Anna Netrebko, Christine Schäfer, Dorothea Röschmann, Bo Skovhus and Ildebrando D’Arcangelo under the direction of Nikolaus Harnoncourt and accompanied by the Vienna Philharmonic – this Marriage of Figaro is a feast for musical gourmets. Of all the Mozart 22 productions of the Salzburg Festival’s Mozart year 2006, Le Marriage of Figaro is no doubt the most popular, both among connoisseurs and amateurs – perhaps because it is above all a triumph of superior music-making. The story is well-known, the work is fast-moving, witty, touching and vibrant.
Based on a politically and socially explosive comedy by Beaumarchais, but toned down by Mozart’s librettist Lorenzo da Ponte, The Marriage of Figaro treats the topic of love, lust and justice among the various classes: nobility, indentured servants and the rising bourgeoisie. The joy of the work lies above all in its characters, which are perhaps the most “human” human beings to be found on the opera stage.
Harnoncourt’s musical concept is meticulously worked-out, interpreted with a wealth of subtle nuances and, with respect to the madness of the romantic intrigues unfolding on the stage, nothing less than thought-provoking. Director Claus Guth’s staging fits the music like a glove: there are no farcical elements or slapstick; he takes each and every character seriously. He sees the ensembles and arias as emotional rooms that are to be opened by the director.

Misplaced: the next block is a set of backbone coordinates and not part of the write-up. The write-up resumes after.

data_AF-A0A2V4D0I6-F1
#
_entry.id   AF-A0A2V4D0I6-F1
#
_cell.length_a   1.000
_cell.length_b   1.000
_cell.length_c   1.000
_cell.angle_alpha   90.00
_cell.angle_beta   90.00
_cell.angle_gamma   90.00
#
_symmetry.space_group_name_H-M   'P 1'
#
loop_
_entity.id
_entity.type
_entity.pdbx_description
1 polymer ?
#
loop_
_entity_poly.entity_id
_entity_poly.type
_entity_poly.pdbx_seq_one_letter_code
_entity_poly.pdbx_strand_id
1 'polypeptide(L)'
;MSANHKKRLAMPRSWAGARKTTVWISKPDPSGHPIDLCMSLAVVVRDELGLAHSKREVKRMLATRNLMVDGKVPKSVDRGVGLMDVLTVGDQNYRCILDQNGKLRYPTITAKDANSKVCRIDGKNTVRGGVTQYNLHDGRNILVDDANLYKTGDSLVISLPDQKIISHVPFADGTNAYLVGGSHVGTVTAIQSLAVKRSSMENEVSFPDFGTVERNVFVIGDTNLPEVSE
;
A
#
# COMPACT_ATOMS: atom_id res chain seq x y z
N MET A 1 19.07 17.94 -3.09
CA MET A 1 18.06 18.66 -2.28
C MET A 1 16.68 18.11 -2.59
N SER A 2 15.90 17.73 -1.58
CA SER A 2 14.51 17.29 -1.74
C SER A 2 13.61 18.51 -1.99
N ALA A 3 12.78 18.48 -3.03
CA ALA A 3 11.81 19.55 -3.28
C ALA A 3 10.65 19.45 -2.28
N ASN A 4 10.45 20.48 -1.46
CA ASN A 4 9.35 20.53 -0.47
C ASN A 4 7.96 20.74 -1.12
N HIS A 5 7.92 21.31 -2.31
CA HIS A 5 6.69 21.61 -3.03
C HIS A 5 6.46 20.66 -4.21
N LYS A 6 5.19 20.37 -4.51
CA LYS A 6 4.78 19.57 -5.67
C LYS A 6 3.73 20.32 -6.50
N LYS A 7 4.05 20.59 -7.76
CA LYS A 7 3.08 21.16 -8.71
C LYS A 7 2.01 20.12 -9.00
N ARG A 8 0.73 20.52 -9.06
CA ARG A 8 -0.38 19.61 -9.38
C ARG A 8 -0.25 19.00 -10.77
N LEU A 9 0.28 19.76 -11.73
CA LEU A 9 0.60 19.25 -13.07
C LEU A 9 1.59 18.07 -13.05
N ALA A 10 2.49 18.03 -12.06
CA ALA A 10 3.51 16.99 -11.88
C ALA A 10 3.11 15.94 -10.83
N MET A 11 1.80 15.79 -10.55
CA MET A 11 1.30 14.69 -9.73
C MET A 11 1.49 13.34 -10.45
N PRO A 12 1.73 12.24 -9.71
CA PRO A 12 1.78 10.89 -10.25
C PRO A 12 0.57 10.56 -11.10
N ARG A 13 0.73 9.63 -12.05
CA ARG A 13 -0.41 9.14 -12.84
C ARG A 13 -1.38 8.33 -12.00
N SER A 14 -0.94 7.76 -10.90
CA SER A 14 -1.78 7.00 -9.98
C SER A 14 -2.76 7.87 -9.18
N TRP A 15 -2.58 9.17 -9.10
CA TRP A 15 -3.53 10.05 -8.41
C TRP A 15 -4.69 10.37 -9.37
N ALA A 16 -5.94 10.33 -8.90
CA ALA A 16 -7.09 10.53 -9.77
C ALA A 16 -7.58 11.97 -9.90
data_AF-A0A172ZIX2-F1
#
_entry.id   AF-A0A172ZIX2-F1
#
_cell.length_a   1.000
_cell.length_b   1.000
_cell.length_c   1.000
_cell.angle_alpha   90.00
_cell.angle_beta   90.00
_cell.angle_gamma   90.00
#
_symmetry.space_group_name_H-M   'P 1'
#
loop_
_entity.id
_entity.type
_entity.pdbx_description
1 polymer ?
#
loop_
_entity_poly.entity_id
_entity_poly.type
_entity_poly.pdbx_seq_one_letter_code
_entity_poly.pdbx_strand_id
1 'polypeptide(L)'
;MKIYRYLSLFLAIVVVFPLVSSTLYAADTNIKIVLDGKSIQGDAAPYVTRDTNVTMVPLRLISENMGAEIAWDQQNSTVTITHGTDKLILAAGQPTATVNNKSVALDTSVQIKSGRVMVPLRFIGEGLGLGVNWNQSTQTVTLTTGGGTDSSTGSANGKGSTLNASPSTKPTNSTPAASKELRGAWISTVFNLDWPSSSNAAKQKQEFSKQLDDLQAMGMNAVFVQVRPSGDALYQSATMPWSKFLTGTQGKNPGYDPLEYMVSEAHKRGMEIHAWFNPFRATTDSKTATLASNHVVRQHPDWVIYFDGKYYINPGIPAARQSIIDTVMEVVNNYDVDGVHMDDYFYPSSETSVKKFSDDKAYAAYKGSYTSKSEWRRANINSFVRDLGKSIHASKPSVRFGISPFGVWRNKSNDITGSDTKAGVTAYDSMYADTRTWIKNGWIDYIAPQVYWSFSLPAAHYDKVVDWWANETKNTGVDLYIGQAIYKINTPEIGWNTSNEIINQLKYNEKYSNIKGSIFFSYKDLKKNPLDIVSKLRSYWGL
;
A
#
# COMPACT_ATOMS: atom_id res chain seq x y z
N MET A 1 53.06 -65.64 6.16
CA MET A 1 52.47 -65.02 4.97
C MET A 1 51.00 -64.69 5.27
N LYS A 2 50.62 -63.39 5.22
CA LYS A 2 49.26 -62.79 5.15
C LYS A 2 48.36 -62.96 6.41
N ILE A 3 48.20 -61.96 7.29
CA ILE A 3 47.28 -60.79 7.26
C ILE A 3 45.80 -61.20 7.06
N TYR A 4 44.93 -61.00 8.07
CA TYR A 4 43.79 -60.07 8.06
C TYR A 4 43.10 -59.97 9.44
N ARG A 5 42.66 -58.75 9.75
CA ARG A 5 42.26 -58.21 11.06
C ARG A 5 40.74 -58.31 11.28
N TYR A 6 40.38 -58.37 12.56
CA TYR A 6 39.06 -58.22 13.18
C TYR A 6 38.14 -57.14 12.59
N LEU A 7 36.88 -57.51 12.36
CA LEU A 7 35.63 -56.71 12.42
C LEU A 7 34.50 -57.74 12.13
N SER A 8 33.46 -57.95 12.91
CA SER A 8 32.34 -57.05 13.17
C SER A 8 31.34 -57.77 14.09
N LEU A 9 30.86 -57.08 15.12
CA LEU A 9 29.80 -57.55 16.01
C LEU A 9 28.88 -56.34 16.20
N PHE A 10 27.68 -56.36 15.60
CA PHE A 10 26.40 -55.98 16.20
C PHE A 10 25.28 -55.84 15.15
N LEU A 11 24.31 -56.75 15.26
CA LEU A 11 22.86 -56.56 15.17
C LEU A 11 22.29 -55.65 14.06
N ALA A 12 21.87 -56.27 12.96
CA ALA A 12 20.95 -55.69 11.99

Everything takes place in Count Almaviva’s summer residence – a place devoid of furnishings but filled with erotic energy. The most erotically charged role in the opera is that of Cherubino, and with Christine Schäfer, Cherubino became the fulcrum of the performance, a luminous, dazzlingly virtuoso singer and consistently poignant actress – perhaps the vocal discovery of the Mozart 22 project. The celebrated Anna Netrebko proves her greatness by harnessing her sensual soprano to make it fit seamlessly into the ensemble. Bo Skovhus and Dorothea Röschmann give realistic and intense accounts of the Count and Countess as they movingly depict their “scenes of a marriage.” Finally, Ildebrando D’Arcangelo employs his powerful bass baritone to give authority to the work’s title role.